You won't be able to see the full piece,which was published on Sept. 1, unless you have an online subscription to the Journal (which comes when you subscribe to the newspaper). But we will pass on some excerpts.
The editorial starts with the following question:
At what point did state officials decide it was a good idea to cut supplemental funding for school breakfasts at some of the poorest schools in the state?The editorial makes the point that state officials are cutting money after massive waste and misappropriation of funds.
So here's the bottom line:It was long after West Las Vegas Schools misappropriated $1,500 for a plasma TV. And the New Mexico Environment Department threw away $23,500 refusing to release public records. After the Mora Independent School District frittered away $64,000 on items as inane as beef jerky and "appreciation" jackets for staffers and legislators. And highway commissioners blew more than $87,000 on state jet travel.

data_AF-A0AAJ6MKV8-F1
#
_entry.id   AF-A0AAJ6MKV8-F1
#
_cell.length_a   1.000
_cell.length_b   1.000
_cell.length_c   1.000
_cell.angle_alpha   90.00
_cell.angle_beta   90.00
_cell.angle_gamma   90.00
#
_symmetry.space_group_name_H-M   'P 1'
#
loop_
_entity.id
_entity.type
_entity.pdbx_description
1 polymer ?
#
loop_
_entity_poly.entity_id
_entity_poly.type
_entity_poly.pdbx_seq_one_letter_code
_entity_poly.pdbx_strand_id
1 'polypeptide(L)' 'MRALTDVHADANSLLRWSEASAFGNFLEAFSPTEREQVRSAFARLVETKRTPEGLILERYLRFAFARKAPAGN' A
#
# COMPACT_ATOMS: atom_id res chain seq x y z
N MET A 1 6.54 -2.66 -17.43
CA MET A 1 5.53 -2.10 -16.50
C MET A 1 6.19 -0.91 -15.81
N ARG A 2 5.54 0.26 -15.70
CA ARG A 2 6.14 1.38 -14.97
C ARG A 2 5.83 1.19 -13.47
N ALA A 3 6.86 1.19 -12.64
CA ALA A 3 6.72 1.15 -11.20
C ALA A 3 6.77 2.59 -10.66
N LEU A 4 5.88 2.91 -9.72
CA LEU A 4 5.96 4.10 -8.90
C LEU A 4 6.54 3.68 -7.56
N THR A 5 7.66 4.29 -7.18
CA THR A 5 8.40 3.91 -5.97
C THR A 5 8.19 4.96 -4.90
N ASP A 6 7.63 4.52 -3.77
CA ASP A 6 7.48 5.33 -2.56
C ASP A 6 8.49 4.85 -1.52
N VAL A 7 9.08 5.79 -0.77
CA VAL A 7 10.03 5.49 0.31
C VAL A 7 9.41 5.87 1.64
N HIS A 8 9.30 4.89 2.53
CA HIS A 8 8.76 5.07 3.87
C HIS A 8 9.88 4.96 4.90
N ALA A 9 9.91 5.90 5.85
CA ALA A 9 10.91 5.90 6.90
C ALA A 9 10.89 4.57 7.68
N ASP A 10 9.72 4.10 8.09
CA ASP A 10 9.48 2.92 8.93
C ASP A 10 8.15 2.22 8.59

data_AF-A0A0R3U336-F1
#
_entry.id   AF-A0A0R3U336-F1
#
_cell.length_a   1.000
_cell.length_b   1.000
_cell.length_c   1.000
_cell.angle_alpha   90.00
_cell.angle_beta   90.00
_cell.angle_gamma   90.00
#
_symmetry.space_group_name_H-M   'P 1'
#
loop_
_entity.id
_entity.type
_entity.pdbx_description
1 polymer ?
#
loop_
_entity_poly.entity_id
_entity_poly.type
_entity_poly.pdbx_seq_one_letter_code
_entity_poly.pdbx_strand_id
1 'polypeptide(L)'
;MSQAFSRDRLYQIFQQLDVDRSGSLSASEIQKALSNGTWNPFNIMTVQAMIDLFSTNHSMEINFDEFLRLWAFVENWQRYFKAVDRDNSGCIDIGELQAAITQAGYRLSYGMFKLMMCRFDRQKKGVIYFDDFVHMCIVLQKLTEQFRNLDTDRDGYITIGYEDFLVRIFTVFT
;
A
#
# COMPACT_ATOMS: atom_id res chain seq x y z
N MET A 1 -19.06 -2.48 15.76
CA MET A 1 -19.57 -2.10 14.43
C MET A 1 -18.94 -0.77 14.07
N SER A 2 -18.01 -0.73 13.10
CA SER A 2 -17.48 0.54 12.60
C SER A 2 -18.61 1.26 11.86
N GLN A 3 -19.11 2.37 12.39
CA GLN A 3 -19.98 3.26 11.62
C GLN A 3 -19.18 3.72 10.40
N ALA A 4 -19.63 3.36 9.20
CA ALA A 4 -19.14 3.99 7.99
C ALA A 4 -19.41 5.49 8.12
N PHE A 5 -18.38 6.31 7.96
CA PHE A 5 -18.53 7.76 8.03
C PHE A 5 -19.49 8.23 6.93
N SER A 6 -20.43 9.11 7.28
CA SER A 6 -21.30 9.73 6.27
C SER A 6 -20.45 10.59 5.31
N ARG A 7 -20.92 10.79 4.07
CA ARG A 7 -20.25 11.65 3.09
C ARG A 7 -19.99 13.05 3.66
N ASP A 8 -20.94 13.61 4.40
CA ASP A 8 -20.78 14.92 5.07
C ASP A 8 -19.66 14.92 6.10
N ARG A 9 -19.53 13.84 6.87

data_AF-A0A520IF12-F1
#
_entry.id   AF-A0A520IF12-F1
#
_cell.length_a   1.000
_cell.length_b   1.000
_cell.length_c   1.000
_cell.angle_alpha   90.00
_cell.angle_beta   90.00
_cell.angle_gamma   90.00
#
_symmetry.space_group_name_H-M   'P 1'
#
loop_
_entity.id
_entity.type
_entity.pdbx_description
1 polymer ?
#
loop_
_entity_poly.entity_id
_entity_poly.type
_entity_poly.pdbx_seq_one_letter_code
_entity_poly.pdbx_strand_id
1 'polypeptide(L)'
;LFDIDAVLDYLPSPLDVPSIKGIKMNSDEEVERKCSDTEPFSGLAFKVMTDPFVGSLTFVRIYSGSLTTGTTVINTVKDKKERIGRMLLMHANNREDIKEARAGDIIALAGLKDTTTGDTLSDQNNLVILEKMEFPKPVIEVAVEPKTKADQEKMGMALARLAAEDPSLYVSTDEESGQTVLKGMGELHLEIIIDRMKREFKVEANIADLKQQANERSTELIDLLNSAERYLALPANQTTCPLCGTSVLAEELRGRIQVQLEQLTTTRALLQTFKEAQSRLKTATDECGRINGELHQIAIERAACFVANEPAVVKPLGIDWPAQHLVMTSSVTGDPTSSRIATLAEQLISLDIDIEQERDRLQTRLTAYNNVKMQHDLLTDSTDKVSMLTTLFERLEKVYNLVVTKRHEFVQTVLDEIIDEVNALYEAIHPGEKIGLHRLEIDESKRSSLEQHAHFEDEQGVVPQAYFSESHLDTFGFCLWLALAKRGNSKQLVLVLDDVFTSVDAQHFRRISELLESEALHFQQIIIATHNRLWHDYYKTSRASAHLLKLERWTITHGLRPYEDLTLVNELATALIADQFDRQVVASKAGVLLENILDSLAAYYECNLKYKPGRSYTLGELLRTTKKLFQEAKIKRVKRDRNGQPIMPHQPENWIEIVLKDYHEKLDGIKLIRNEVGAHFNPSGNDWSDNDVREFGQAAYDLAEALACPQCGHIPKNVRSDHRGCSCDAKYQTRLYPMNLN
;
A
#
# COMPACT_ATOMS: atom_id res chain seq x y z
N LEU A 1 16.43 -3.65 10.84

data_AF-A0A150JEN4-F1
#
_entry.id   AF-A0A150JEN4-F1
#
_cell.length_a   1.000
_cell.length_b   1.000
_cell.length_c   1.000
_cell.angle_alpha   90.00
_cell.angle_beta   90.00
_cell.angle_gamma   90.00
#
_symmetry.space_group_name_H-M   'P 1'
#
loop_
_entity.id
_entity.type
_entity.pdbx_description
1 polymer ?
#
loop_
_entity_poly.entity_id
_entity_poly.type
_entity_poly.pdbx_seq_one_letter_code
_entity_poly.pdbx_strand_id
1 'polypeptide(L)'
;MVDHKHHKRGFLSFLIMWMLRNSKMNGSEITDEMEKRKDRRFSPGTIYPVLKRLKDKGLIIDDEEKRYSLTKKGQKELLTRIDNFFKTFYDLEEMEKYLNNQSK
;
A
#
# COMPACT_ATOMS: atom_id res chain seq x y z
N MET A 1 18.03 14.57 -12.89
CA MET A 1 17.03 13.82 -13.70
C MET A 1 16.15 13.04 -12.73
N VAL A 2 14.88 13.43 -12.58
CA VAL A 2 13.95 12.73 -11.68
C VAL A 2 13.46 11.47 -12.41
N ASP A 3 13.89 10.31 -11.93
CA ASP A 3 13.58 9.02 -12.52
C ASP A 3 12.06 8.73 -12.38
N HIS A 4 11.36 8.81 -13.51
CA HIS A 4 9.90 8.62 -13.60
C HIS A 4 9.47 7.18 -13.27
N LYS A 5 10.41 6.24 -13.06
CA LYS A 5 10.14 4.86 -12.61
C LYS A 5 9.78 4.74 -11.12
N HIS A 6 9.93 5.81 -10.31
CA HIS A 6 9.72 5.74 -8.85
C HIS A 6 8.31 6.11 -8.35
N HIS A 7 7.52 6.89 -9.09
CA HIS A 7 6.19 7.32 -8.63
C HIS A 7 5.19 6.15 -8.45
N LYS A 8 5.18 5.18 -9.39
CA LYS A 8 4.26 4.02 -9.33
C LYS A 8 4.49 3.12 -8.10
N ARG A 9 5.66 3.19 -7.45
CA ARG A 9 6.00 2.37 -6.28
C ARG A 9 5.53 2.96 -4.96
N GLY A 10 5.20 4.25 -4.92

Amid all those wasted tax dollars, school districts like Quemado have to give up the $3,000 to $5,000 it costs to ensure all its elementary students get cereal and milk or a quesadilla after a 90-minute bus ride.
That's right. Rather than ask the state to crack heads over — or require its districts to crack down on — wasteful/unnecessary spending, education officials facing budget cuts pulled $1.2 million from 22 high-poverty districts for universal free breakfast.
State and district officials should be able to find enough cash in all the obvious waste to ensure every child in a high-poverty elementary has something in his or her stomach to fuel a learning day.
Because that's an investment that will actually last — long after the cheesy jackets are in a donation box and the jet flights have been forgotten.You get the point. School breakfasts are NOT a luxury that can be cut. Savings can be easily found elsewhere.